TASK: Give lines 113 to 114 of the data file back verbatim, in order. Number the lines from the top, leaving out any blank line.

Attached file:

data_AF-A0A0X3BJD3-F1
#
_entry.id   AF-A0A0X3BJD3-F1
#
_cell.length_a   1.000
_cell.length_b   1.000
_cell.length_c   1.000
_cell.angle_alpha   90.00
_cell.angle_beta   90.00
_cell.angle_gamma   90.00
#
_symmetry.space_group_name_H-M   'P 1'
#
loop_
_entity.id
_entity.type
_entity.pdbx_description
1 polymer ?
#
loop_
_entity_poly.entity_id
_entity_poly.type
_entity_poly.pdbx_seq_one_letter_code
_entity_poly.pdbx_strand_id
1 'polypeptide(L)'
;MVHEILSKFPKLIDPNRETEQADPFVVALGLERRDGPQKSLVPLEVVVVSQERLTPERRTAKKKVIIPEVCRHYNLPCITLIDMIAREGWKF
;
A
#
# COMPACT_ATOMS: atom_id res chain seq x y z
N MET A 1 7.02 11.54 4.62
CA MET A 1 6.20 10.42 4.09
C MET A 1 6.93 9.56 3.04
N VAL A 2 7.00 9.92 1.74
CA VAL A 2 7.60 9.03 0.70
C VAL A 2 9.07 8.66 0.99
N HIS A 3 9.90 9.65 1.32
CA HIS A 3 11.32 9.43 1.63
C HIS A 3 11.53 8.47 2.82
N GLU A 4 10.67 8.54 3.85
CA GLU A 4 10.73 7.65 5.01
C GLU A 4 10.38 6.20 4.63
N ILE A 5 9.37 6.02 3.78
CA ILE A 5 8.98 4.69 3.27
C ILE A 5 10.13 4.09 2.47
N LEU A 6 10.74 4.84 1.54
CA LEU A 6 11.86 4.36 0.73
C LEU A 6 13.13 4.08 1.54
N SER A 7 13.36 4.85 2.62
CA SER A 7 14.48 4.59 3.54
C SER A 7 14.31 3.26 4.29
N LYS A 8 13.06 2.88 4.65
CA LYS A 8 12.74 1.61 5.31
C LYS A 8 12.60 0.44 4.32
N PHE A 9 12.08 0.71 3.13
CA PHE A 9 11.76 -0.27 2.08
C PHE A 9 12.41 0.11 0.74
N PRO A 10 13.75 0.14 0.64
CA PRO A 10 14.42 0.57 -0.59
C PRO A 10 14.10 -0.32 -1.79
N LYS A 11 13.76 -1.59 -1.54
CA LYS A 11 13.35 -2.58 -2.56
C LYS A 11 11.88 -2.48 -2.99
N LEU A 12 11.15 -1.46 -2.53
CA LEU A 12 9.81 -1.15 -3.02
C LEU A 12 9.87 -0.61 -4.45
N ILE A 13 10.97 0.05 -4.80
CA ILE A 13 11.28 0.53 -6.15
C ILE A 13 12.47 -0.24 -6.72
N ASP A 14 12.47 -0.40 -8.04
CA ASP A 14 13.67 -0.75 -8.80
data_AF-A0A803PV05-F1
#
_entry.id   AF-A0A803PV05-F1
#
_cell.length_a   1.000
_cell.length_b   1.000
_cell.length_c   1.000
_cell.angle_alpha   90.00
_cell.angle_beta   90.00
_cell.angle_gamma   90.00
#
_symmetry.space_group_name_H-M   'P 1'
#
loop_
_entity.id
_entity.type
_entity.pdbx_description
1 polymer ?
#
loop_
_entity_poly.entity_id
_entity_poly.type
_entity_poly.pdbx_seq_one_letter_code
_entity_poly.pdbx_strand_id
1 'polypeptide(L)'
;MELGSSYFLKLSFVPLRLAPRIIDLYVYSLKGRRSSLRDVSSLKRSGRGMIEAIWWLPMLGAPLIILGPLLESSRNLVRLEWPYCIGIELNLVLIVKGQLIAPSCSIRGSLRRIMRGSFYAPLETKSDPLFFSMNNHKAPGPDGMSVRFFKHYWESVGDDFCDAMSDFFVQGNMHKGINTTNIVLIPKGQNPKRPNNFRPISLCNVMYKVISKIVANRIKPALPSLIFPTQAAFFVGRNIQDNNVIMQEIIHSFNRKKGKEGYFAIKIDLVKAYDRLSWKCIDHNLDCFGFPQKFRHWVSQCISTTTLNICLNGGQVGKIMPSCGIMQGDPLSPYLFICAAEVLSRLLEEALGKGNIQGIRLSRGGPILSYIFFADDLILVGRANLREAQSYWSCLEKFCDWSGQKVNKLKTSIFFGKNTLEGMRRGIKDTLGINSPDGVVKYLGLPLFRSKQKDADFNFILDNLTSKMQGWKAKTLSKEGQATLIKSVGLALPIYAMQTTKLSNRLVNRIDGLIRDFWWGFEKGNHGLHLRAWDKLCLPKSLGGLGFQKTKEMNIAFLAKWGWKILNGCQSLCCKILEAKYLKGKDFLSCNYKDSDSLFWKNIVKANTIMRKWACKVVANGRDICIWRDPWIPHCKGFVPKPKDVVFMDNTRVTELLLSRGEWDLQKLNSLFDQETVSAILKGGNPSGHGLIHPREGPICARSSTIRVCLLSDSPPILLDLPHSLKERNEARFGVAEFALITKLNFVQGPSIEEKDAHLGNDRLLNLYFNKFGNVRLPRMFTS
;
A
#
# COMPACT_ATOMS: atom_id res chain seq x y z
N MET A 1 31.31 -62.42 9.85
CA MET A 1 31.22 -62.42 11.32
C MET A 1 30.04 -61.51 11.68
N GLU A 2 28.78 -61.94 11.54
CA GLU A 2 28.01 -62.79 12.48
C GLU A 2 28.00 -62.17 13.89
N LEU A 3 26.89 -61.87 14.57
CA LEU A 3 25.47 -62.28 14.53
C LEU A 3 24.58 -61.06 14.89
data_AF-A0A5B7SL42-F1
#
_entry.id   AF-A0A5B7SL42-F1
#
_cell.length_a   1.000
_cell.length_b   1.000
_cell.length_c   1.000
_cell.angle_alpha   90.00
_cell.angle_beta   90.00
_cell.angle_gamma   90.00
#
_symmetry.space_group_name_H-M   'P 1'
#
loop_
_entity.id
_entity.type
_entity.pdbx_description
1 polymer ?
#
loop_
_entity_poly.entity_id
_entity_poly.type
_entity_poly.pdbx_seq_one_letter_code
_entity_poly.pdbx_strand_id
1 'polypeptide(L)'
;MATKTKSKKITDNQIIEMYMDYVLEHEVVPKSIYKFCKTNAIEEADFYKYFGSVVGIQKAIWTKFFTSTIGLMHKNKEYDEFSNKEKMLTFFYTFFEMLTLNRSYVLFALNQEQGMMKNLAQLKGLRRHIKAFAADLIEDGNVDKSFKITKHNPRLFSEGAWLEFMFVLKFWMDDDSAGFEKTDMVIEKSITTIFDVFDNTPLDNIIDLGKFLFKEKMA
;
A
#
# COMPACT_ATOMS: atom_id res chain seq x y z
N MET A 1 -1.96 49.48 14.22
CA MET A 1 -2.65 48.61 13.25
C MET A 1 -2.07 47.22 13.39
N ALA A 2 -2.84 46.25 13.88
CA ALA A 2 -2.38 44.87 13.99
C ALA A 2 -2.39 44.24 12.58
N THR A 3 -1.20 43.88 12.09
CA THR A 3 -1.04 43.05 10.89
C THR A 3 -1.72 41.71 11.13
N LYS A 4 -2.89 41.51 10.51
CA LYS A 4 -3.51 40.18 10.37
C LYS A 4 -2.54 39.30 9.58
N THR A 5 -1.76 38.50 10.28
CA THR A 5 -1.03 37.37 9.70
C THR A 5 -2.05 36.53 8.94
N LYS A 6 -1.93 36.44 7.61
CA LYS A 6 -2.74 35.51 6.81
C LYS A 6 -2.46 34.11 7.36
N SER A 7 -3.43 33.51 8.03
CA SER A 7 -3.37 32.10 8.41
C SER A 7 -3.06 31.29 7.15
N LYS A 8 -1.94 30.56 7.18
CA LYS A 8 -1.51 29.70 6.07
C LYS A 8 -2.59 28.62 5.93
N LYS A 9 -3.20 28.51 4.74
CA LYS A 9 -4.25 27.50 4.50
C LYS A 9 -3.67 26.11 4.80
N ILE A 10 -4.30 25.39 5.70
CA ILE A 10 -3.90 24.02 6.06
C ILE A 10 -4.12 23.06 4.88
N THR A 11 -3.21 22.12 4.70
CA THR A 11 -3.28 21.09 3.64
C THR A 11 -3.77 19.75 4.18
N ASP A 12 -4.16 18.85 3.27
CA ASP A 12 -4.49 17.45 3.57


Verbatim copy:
_entry.id   AF-A0A5B7SL42-F1
#